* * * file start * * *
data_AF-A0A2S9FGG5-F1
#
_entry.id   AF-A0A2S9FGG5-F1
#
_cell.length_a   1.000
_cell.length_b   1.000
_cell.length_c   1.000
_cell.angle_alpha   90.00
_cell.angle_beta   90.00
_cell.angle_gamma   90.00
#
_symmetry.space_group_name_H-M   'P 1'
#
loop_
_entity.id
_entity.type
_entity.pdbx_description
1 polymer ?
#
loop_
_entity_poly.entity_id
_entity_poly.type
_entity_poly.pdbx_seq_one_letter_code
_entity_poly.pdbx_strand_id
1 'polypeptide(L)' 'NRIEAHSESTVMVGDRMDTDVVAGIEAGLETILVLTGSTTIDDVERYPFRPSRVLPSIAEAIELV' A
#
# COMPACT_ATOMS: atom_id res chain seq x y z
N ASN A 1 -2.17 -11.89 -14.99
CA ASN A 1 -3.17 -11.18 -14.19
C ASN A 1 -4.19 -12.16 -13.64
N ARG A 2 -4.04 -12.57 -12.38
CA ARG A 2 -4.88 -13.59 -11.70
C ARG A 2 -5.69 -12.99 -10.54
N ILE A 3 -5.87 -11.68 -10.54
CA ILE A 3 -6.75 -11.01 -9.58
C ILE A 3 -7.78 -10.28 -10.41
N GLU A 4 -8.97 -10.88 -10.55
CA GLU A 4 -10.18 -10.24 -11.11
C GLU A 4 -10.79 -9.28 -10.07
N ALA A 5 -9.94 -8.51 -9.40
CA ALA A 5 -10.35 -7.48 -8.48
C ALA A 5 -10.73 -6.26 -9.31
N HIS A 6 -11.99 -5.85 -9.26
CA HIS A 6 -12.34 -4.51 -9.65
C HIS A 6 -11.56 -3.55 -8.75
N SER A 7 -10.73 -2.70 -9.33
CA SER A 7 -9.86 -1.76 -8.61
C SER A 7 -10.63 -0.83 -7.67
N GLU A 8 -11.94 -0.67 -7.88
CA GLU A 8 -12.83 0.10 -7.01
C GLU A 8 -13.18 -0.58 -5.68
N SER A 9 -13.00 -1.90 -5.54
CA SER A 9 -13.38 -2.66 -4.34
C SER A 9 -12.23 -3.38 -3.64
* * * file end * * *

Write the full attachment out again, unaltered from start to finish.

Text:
data_AF-A0A2S9FGG5-F1
#
_entry.id   AF-A0A2S9FGG5-F1
#
_cell.length_a   1.000
_cell.length_b   1.000
_cell.length_c   1.000
_cell.angle_alpha   90.00
_cell.angle_beta   90.00
_cell.angle_gamma   90.00
#
_symmetry.space_group_name_H-M   'P 1'
#
loop_
_entity.id
_entity.type
_entity.pdbx_description
1 polymer ?
#
loop_
_entity_poly.entity_id
_entity_poly.type
_entity_poly.pdbx_seq_one_letter_code
_entity_poly.pdbx_strand_id
1 'polypeptide(L)' 'NRIEAHSESTVMVGDRMDTDVVAGIEAGLETILVLTGSTTIDDVERYPFRPSRVLPSIAEAIELV' A
#
# COMPACT_ATOMS: atom_id res chain seq x y z
N ASN A 1 -2.17 -11.89 -14.99
CA ASN A 1 -3.17 -11.18 -14.19
C ASN A 1 -4.19 -12.16 -13.64
N ARG A 2 -4.04 -12.57 -12.38
CA ARG A 2 -4.88 -13.59 -11.70
C ARG A 2 -5.69 -12.99 -10.54
N ILE A 3 -5.87 -11.68 -10.54
CA ILE A 3 -6.75 -11.01 -9.58
C ILE A 3 -7.78 -10.28 -10.41
N GLU A 4 -8.97 -10.88 -10.55
CA GLU A 4 -10.18 -10.24 -11.11
C GLU A 4 -10.79 -9.28 -10.07
N ALA A 5 -9.94 -8.51 -9.40
CA ALA A 5 -10.35 -7.48 -8.48
C ALA A 5 -10.73 -6.26 -9.31
N HIS A 6 -11.99 -5.85 -9.26
CA HIS A 6 -12.34 -4.51 -9.65
C HIS A 6 -11.56 -3.55 -8.75
N SER A 7 -10.73 -2.70 -9.33
CA SER A 7 -9.86 -1.76 -8.61
C SER A 7 -10.63 -0.83 -7.67
N GLU A 8 -11.94 -0.67 -7.88
CA GLU A 8 -12.83 0.10 -7.01
C GLU A 8 -13.18 -0.58 -5.68
N SER A 9 -13.00 -1.90 -5.54
CA SER A 9 -13.38 -2.66 -4.34
C SER A 9 -12.23 -3.38 -3.64